It’s a little gimmicky. It may not pass. If it did pass, it might not do any good. It may not even be constitutional. But, for now, it’s helping change the conversation in Washington.
The No Budget No Pay Act of 2013, passed by the U.S. House of Representatives on Wednesday, would withhold paychecks from members of Congress if their house, the House or the Senate, fails to pass a budget by this April 15. They would get their money when they do pass one or, failing that, at the end of their terms.
We’re talking about this idea because it’s been almost four years (April 2009, to be exact) since the Senate has passed a budget – not a balanced budget, but a budget, period.
Budgets don’t have to be followed, but they are important because they force Congress to at least pretend to set priorities. Because everything benefits somebody, each of the past four years, the federal government has spent more than a trillion dollars more than it has collected. Those deficits have helped the cumulative national debt reach $16.4 trillion, which is more than $50,000 for every American.
So a nonpartisan group, No Labels, came up with the No Budget No Pay idea that was stricter than the one that eventually passed the House. It slowly gained momentum, and then Wednesday the House approved it as part of a bill that extended the debt ceiling three months. Voting yes were all four of Arkansas’ representatives: Reps. Rick Crawford, Tim Griffin, Steve Womack and Tom Cotton. Arkansas Sen. John Boozman announced his support on Wednesday.
Arkansas’ other senator, Mark Pryor, hasn’t said which way he’ll vote, but Michael Teague, his chief of staff, listed Pryor’s concerns in an interview and said he would have to see the final Senate bill before making up his mind. He might vote for it if that’s his only choice.
Pryor and others in Congress have problems with the bill for a number of reasons, starting with the fact that the 27th Amendment to the Constitution prohibits Congress from "varying" its own compensation until another House election has passed.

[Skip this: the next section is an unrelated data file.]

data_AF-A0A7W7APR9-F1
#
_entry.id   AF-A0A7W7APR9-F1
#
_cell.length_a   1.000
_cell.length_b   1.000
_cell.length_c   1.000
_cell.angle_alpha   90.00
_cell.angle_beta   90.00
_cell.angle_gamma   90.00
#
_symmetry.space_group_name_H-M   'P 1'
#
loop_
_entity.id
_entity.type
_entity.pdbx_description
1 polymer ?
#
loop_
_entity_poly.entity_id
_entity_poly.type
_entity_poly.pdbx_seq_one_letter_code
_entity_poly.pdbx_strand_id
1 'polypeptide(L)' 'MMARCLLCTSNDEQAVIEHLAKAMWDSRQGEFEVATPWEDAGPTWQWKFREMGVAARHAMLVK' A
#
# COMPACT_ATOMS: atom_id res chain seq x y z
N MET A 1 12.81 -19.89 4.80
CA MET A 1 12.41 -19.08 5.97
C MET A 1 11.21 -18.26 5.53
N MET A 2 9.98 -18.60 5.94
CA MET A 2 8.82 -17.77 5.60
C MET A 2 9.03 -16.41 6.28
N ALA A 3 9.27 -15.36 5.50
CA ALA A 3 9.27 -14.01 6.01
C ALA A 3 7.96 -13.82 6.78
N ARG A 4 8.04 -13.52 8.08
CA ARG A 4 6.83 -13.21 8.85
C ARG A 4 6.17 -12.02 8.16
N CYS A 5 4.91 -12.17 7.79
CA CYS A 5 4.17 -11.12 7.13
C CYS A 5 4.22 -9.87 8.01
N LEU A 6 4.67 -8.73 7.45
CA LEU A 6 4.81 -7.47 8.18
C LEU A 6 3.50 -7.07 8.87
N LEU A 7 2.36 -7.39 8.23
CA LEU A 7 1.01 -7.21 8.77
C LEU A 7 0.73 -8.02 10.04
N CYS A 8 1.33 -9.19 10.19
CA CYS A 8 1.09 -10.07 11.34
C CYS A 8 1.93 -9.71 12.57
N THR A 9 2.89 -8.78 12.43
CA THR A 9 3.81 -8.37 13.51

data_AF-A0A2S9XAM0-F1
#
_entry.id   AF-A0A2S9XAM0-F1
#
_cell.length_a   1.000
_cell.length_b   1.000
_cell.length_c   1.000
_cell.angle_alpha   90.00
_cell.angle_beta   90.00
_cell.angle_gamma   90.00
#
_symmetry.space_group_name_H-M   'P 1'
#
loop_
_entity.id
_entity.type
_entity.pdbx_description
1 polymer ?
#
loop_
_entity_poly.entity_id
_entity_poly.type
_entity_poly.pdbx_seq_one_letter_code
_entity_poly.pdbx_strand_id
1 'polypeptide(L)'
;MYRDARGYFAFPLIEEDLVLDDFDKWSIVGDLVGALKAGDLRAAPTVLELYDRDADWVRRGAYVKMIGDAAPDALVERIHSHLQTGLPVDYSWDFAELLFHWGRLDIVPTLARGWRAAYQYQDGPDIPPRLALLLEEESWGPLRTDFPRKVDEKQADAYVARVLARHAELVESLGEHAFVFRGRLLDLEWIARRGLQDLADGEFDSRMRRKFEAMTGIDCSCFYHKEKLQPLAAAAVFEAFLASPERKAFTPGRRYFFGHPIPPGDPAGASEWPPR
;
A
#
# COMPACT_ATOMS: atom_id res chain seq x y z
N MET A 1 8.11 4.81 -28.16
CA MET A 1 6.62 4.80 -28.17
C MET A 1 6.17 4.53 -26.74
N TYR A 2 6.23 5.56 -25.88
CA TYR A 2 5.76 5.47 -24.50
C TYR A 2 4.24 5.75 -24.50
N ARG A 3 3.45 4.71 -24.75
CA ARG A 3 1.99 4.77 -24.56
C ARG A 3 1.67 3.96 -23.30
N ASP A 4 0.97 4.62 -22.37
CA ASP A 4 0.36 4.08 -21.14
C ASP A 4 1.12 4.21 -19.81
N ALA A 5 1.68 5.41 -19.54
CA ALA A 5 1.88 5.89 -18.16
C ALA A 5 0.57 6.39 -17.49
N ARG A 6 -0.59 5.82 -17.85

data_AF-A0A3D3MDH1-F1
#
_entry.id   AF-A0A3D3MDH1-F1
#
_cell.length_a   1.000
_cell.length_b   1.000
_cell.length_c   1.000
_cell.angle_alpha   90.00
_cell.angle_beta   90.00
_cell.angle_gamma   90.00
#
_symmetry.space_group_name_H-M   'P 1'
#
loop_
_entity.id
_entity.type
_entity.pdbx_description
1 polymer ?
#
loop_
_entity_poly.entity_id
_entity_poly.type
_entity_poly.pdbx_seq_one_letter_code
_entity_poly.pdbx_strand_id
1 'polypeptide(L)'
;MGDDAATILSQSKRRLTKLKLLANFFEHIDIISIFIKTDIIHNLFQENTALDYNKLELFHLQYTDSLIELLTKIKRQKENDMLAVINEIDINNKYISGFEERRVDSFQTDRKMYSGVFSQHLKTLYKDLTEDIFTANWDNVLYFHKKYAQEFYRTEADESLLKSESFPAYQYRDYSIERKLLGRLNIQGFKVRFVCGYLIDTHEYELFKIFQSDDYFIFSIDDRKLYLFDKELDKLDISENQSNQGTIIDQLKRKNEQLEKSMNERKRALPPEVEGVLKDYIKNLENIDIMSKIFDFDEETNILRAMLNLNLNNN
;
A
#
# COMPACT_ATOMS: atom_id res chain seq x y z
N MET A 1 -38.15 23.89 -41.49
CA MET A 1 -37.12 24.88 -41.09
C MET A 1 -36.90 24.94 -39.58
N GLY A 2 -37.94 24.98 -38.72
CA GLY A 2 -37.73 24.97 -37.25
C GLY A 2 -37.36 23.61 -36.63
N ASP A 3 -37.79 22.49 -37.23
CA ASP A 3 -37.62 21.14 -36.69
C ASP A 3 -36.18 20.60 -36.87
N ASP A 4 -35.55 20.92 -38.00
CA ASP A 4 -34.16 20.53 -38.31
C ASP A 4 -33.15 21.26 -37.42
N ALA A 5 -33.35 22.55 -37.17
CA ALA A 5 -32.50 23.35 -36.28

Also, the House bill doesn’t actually punish Congress for failing to pass a budget. It punishes each house that doesn’t pass a budget. So the House could pass whatever it wants, the Senate could do likewise, and even if they couldn’t bridge the difference, or didn’t even try, everyone still would get their paycheck.
The Senate version on which Boozman and Pryor would vote is more airtight, and also more suspect constitutionally. Under its provisions, if the Senate and House can’t agree on a budget by Oct. 1, everybody loses their paycheck and never gets the money back.
Despite its problems, No Budget No Pay looks like it might actually help produce a budget, which is a necessary first step to producing a balanced one. Sen. Harry Reid, the Democrats’ majority leader, has said he will allow the House version of the bill to come to the floor. Sen. Patty Murray, chairperson of the Senate Budget Committee, said Wednesday, the day No Budget No Pay passed, that her committee will pass a budget resolution this year.
Maybe this is the only way to return Congress to regular order. While humans will sometimes sacrifice their own interests for the greater good, what really changes behaviors are personal rewards and punishments. You know, stimulus response-type stuff. Most members of Congress surely don’t want the next generation to inherit bills it cannot pay, but what they really don’t want is to have bills they themselves cannot pay. And since voters so far haven’t been willing to turn them out of office for failing to do their jobs, this may be the only other option.
So no budget, no pay? Whatever it takes, though no budget, no re-election would be a lot better.
Steve Brawner is an independent journalist in Arkansas. His email address is email@example.com. He can be followed on Twitter at @stevebrawner.